links 48 links 48

links 49 links 49

links 50 links 50

links – beware CSS/d. HTML 51 links – beware CSS/d. HTML 51

links not clear 52 links not clear 52

html title l l l In the HTML header Use frames with caution Keep html title l l l In the HTML header Use frames with caution Keep it relevant to current page Shows in the top title bar of the browser Keep it useful for those who may bookmark your site See also the search engine section for how this affects listings 53

poor document title 54 poor document title 54

site map l l l A separate page which shows a site map The site map l l l A separate page which shows a site map The hierarchical structure of the site with links to all relevant pages Have a prominent link to the site map from every page 55

search facility l l Some users choose a search facility before using any other search facility l l Some users choose a search facility before using any other navigation feature Other users will use a search facility as a last resort l Make sure your site has one l Put the search box in a prominent position on every page l Keep it as simple as possible l l l Don't add extra choices for the user can be confusing/time consuming Make sure you know/adjust the relevancy of results There are plenty of companies providing free service for smaller sites l l http: //www. atomz. com is free for sites less than 500 pages Allows you to choose how relevant the page title, meta tags, body text etc are. 56

the 404 (and other error pages) l l Use your error pages effectively l the 404 (and other error pages) l l Use your error pages effectively l If you don't they will probably leave your web site Provide a custom error page for each type of error (404 page not found, 403 forbidden etc) l Visitors know they are on your web site and the physical connection is intact l Provide the same site wide navigation as on your other pages l Utilise it for their benefit l l Provide a brief description of your web site, why they have got this error and include a site map so they can navigate to something useful quickly Custom error page creation… 57

how to create the custom error pages l Create all the custom error pages how to create the custom error pages l Create all the custom error pages you need for your site (see list below) l l l Go to the main root directory of your web site (in the same place as your home page) l l l Look for a file called. htaccess (it starts with the dot as though it is a long file extension) If you have the file, you need to edit it. If you don't have the file, create a new text document and save it as ". htaccess" (you need to include the dot) Add/edit the following line: Error. Document 404 /errors/error 404. html The text needs to remain exactly as above l l For example, create a 404 error page and save in a folder called /errors/ as error 404. html Error 404 Page Not Found is the most common Stay on one line A space on either side of the number 404 Case sensitive – the uppercase of the E and D in Error. Document Add any other errors for the pages you have created Save. htaccess Publish the. htaccess file to your root site directory (in the same place as your home page) Publish your custom error pages Test to see if it works on your web site by typing in an erroneous url List of errors Error Code Label 400 Bad Request 401 Authorization Required 403 Access Forbidden 404 File Not Found 500 Internal Server Error 58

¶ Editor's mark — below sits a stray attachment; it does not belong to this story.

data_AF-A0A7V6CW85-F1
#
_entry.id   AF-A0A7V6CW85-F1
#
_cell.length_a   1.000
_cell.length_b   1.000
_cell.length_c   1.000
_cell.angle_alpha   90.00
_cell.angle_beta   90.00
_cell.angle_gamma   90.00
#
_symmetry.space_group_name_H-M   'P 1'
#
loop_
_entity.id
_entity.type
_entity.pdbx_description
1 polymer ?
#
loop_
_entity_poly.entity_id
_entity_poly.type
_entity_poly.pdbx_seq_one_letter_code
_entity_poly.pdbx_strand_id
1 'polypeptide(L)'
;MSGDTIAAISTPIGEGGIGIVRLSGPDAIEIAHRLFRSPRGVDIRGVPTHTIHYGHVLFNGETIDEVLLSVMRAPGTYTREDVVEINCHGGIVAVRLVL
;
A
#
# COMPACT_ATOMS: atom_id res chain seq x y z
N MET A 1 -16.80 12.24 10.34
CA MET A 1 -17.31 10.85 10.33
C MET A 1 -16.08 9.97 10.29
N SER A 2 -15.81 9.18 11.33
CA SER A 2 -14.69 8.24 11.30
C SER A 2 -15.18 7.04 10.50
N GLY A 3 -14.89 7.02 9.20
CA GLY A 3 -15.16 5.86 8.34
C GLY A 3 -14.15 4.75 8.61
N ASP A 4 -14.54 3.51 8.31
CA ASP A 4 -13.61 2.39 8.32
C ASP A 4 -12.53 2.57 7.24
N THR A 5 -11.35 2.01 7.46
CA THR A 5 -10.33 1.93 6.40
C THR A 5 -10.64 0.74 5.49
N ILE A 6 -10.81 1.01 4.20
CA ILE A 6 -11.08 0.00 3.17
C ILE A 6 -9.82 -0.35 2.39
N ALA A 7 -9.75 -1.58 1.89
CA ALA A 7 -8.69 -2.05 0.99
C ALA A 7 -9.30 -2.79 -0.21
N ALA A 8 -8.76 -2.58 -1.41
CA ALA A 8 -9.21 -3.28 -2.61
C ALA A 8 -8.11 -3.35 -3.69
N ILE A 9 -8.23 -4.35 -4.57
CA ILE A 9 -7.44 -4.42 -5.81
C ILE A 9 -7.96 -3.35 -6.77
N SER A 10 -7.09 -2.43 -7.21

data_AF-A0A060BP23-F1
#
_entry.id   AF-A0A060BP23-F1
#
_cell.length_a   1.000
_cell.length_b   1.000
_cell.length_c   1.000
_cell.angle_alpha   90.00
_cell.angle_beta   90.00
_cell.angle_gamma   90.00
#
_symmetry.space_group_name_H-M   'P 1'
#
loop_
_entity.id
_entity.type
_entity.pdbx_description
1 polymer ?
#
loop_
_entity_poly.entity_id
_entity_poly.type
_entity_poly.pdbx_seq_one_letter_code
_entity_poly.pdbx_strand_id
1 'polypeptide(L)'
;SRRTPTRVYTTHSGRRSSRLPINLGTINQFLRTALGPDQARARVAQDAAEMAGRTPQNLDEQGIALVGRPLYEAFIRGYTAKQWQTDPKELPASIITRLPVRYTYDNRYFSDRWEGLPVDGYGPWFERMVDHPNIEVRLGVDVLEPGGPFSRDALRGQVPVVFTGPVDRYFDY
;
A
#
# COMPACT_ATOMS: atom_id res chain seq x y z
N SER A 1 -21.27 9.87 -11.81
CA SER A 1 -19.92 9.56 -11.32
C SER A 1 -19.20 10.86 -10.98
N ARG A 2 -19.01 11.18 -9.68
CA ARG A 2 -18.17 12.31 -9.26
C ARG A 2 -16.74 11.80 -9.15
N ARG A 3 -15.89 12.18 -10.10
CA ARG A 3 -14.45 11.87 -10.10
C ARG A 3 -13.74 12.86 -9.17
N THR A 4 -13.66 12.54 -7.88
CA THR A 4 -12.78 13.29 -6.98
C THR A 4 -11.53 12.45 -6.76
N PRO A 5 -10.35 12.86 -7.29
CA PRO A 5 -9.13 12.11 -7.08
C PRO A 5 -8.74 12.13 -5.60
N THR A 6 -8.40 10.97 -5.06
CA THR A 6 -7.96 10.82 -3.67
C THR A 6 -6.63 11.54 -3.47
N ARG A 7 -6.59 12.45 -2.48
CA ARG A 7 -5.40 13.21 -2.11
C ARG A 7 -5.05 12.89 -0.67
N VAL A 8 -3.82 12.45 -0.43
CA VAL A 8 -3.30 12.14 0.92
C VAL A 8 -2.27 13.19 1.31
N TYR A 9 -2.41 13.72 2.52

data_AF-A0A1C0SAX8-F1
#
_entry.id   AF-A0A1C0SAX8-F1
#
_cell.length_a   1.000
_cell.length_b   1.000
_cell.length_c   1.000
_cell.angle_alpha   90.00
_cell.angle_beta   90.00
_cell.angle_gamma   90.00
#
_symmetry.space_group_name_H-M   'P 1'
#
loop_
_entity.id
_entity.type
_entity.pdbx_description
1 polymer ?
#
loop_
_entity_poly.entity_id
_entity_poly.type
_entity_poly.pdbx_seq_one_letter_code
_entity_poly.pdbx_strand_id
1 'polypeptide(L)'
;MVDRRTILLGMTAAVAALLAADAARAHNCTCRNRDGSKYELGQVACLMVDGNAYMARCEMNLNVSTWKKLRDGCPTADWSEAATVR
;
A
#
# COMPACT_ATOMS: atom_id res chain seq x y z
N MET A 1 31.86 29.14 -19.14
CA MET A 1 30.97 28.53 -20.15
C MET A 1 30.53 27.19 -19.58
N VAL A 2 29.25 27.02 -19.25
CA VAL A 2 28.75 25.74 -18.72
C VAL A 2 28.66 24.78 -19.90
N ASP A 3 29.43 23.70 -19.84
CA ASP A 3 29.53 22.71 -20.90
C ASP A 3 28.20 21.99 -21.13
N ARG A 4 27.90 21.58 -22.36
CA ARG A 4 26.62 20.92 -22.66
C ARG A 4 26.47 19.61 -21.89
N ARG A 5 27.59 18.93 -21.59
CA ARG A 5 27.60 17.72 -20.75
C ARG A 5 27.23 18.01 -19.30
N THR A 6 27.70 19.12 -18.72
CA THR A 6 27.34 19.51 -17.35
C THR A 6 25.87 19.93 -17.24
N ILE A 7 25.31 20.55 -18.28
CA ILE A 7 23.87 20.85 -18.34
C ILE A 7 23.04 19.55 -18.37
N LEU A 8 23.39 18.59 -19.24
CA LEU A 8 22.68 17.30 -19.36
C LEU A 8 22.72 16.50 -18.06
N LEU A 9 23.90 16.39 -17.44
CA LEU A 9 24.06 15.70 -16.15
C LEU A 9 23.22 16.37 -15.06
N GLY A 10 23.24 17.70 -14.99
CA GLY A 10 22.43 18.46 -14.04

why create a custom error page? Visitors get errors for various reasons l l why create a custom error page? Visitors get errors for various reasons l l It retains your web site branding l l Shows visitors they are still on the same web site Can be a useful navigation tool and help keep visitors on your web site l l l l l e. g. Even if there are no broken links in your web site a visitor may misspell a url and get a page not found Error 404 In addition to the branding, include the main navigation links Include a brief message explaining the error Try to be helpful suggest they check the link Don't use the word "error" can scare off visitors Include a brief paragraph about your web site Include a search box Include a site map Provide an email link to your webmaster If a visitor gets none of the above will probably leave your site 59